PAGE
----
My first white carrot
Freesia smell heavenly
Miniature cyclamen among the weeds
Neighbour’s lambs remind us to put a spring in our steps
Finally – a patch of blue sky glimpsed through the flowering peach blossom.
Some stars to strive for and to cheer about as we contemplate our soggy land. Matariki marks the start of the Maori New Year. It is so named after the group of stars the seven sisters known as Pleiades. The re-appearance of Matariki in our southern skies is celebrated because it reminds us of beginnings, the promise of the new growing season. My magnolia (‘Star Wars’) is budding – albeit wind battered- but it’ll recover and be a show-off tree soon as the days lengthen.
Writing about my garden has taken a backseat in the last few months because of work and family responsibilities. This week our region experienced serious damage caused by very strong winds and flooding. This was the second major storm in about three months. We recorded more than 300mm rainfall at our place during the 48 hour period of the storm. Living had a decidedly chilly blast to it. An irony was that we could not use our firewood because we’re waiting for the installation of a new woodburner unit. All we could do was get the emergency gas bottle and cooker-ring out, cook a warm meal and go to bed. It’s mid-winter here and gets dark about 6 p.m.
I’ve always kept emergency supplies, torches/batteries and bottled water (we have rainwater tanks but need the electric pump to get the water to the house). This is the first time we’ve used these things and I’m so glad we thought it could happen to us. I will add a battery powered radio. We had no power or landline phone for nearly three days so did not know what was happening. We kept our cellphones for essential use – anyway, the help lines were jammed and we couldn’t get through.
Our neighbours were blocked in by fallen trees. We and our neighbours have not experienced such howling screaming winds. Our house shook during the night and we did wonder whether our roof would take off. On the first day, we watched as the wind whipped up white-crested waves on the floodwaters in our paddocks. The power was restored yesterday and we have since found out the scale of damage. So much tree damage everywhere – trees uprooted, across roads, onto houses, onto powerlines and so on. Floodwaters swamped farms and homes – a repeat scenario of the March floods that I posted earlier. Local neighbourhood damage is light compared to the sufferings of others living further north. More rain is forecast – but we’re drying out in the meantime. And we’ve all got the chainsaws working.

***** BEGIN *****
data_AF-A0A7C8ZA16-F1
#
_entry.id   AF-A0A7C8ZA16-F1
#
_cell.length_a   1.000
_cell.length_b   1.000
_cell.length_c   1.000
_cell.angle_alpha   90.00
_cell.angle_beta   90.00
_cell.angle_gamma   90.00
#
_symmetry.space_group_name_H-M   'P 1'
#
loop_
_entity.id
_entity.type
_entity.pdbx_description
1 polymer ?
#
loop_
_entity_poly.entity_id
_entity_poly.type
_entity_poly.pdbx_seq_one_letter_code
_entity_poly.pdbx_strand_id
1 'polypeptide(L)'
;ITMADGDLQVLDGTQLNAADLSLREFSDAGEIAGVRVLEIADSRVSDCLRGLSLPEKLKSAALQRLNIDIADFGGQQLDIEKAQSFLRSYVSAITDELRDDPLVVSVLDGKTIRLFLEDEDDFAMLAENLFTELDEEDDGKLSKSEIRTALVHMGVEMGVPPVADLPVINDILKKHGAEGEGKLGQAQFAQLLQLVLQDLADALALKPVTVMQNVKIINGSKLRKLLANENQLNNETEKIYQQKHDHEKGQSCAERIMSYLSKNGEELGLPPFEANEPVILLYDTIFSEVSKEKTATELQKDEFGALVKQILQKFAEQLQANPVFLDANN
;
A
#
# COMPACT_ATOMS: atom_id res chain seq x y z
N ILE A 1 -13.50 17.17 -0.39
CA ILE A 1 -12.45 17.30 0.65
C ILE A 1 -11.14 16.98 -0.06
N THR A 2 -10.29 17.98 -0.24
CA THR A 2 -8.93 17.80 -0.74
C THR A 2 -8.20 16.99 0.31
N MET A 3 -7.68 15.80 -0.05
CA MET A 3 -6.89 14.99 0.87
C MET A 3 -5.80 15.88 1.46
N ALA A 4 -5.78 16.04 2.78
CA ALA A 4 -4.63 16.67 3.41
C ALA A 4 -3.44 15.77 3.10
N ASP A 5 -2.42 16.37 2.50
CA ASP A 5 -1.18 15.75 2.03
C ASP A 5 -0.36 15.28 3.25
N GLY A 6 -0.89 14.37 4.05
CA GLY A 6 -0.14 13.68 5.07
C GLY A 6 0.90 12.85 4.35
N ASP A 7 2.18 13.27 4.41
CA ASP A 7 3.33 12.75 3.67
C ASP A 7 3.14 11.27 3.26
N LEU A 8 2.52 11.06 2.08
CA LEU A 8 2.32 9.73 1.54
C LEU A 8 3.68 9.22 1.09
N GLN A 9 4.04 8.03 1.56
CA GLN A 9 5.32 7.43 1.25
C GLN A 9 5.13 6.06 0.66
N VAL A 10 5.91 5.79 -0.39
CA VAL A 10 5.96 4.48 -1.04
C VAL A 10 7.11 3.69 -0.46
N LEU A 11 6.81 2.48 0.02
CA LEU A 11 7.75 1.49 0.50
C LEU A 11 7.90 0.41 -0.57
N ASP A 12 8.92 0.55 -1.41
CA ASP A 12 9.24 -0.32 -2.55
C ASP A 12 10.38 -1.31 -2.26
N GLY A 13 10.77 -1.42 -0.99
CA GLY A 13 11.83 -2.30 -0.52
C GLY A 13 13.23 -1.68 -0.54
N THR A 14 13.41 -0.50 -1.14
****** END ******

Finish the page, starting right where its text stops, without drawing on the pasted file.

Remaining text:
Yesterday, we pulled on our gumboots and coats and inspected the place. The pictures give some indication of what we found.
Cheerful survivors in my garden include purple sprouting broccoli, mandarins, Earlicheer daffodils, Hebe ‘Wiri Dawn’.
The floodwaters have receded and the sun shone yesterday. It’s Saturday and it’s clean-up time. Our concerns are minor compared to the major damage and disruption faced by people who live in districts up to one hour’s driving time north of us.
Weather experts said the severe weather that wreaked serious widespread havoc in the north was once in a 150 year event. For our district, it was described as a once in a 125 year weather event. The long range forecast is that we can expect more of the same at some point in the future given the changes to the global climate patterns.
The garden is now well and truly watered. The temperatures are still quite warm so the plants are happy – as were the pukeko. About 230 mm rain fell at our place in the last 24 hours. Easterly winds caused some tree damage. The animals were moved to higher ground. Himself said that as he took down the electric fencing from the stream boundary the water was rising rapidly from behind. Local roads were cut off – I wondered if I’d make it home tonight because of the extent of the flooding. We escaped very lightly in comparison to elsewhere in the region which had heavier falls of up to 400 mm causing serious washouts and slips on roads.
There’s quite a bit of debris to clear away later when things dry out.